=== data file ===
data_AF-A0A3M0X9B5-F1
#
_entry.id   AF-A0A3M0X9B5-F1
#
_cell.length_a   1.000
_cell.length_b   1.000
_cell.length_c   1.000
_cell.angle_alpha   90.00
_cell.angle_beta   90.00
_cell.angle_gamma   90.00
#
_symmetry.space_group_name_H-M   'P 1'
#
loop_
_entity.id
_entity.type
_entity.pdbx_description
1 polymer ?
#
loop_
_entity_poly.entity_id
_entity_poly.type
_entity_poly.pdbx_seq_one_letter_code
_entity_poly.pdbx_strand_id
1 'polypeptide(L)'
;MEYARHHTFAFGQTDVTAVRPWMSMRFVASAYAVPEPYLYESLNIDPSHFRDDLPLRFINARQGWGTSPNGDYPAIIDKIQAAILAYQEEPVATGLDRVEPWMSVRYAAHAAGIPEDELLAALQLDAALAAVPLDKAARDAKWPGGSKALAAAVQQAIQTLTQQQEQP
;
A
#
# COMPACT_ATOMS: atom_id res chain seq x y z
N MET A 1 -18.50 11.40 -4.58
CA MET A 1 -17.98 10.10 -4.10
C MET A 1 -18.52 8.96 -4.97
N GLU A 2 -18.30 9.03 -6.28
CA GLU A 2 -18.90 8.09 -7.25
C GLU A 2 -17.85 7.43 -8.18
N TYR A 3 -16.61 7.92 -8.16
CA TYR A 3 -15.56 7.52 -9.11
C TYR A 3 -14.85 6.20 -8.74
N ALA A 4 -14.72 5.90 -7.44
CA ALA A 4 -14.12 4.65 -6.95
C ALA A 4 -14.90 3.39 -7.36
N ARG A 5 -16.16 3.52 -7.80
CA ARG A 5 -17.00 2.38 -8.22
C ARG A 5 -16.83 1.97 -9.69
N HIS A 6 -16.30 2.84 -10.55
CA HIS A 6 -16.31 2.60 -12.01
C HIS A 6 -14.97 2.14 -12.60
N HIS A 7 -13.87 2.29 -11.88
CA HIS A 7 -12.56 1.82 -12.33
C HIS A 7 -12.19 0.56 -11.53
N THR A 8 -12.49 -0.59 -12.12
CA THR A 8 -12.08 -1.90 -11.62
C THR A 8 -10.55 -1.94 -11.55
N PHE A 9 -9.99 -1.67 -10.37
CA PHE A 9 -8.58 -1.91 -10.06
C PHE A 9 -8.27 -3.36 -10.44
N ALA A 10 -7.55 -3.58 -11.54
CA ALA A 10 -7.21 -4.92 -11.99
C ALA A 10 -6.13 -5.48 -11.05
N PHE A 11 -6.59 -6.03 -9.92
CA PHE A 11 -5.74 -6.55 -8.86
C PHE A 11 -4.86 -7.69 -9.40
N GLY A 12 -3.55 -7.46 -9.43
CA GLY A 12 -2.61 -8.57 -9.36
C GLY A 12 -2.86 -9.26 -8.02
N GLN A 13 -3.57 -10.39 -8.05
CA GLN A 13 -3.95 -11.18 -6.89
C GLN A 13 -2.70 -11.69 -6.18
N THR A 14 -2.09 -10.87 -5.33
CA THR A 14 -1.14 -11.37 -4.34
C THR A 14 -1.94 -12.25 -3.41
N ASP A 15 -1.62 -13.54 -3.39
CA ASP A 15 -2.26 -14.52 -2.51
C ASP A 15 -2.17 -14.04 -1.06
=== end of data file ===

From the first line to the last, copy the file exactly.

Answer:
data_AF-A0A3M0X9B5-F1
#
_entry.id   AF-A0A3M0X9B5-F1
#
_cell.length_a   1.000
_cell.length_b   1.000
_cell.length_c   1.000
_cell.angle_alpha   90.00
_cell.angle_beta   90.00
_cell.angle_gamma   90.00
#
_symmetry.space_group_name_H-M   'P 1'
#
loop_
_entity.id
_entity.type
_entity.pdbx_description
1 polymer ?
#
loop_
_entity_poly.entity_id
_entity_poly.type
_entity_poly.pdbx_seq_one_letter_code
_entity_poly.pdbx_strand_id
1 'polypeptide(L)'
;MEYARHHTFAFGQTDVTAVRPWMSMRFVASAYAVPEPYLYESLNIDPSHFRDDLPLRFINARQGWGTSPNGDYPAIIDKIQAAILAYQEEPVATGLDRVEPWMSVRYAAHAAGIPEDELLAALQLDAALAAVPLDKAARDAKWPGGSKALAAAVQQAIQTLTQQQEQP
;
A
#
# COMPACT_ATOMS: atom_id res chain seq x y z
N MET A 1 -18.50 11.40 -4.58
CA MET A 1 -17.98 10.10 -4.10
C MET A 1 -18.52 8.96 -4.97
N GLU A 2 -18.30 9.03 -6.28
CA GLU A 2 -18.90 8.09 -7.25
C GLU A 2 -17.85 7.43 -8.18
N TYR A 3 -16.61 7.92 -8.16
CA TYR A 3 -15.56 7.52 -9.11
C TYR A 3 -14.85 6.20 -8.74
N ALA A 4 -14.72 5.90 -7.44
CA ALA A 4 -14.12 4.65 -6.95
C ALA A 4 -14.90 3.39 -7.36
N ARG A 5 -16.16 3.52 -7.80
CA ARG A 5 -17.00 2.38 -8.22
C ARG A 5 -16.83 1.97 -9.69
N HIS A 6 -16.30 2.84 -10.55
CA HIS A 6 -16.31 2.60 -12.01
C HIS A 6 -14.97 2.14 -12.60
N HIS A 7 -13.87 2.29 -11.88
CA HIS A 7 -12.56 1.82 -12.33
C HIS A 7 -12.19 0.56 -11.53
N THR A 8 -12.49 -0.59 -12.12
CA THR A 8 -12.08 -1.90 -11.62
C THR A 8 -10.55 -1.94 -11.55
N PHE A 9 -9.99 -1.67 -10.37
CA PHE A 9 -8.58 -1.91 -10.06
C PHE A 9 -8.27 -3.36 -10.44
N ALA A 10 -7.55 -3.58 -11.54
CA ALA A 10 -7.21 -4.92 -11.99
C ALA A 10 -6.13 -5.48 -11.05
N PHE A 11 -6.59 -6.03 -9.92
CA PHE A 11 -5.74 -6.55 -8.86
C PHE A 11 -4.86 -7.69 -9.40
N GLY A 12 -3.55 -7.46 -9.43
CA GLY A 12 -2.61 -8.57 -9.36
C GLY A 12 -2.86 -9.26 -8.02
N GLN A 13 -3.57 -10.39 -8.05
CA GLN A 13 -3.95 -11.18 -6.89
C GLN A 13 -2.70 -11.69 -6.18
N THR A 14 -2.09 -10.87 -5.33
CA THR A 14 -1.14 -11.37 -4.34
C THR A 14 -1.94 -12.25 -3.41
N ASP A 15 -1.62 -13.54 -3.39
CA ASP A 15 -2.26 -14.52 -2.51
C ASP A 15 -2.17 -14.04 -1.06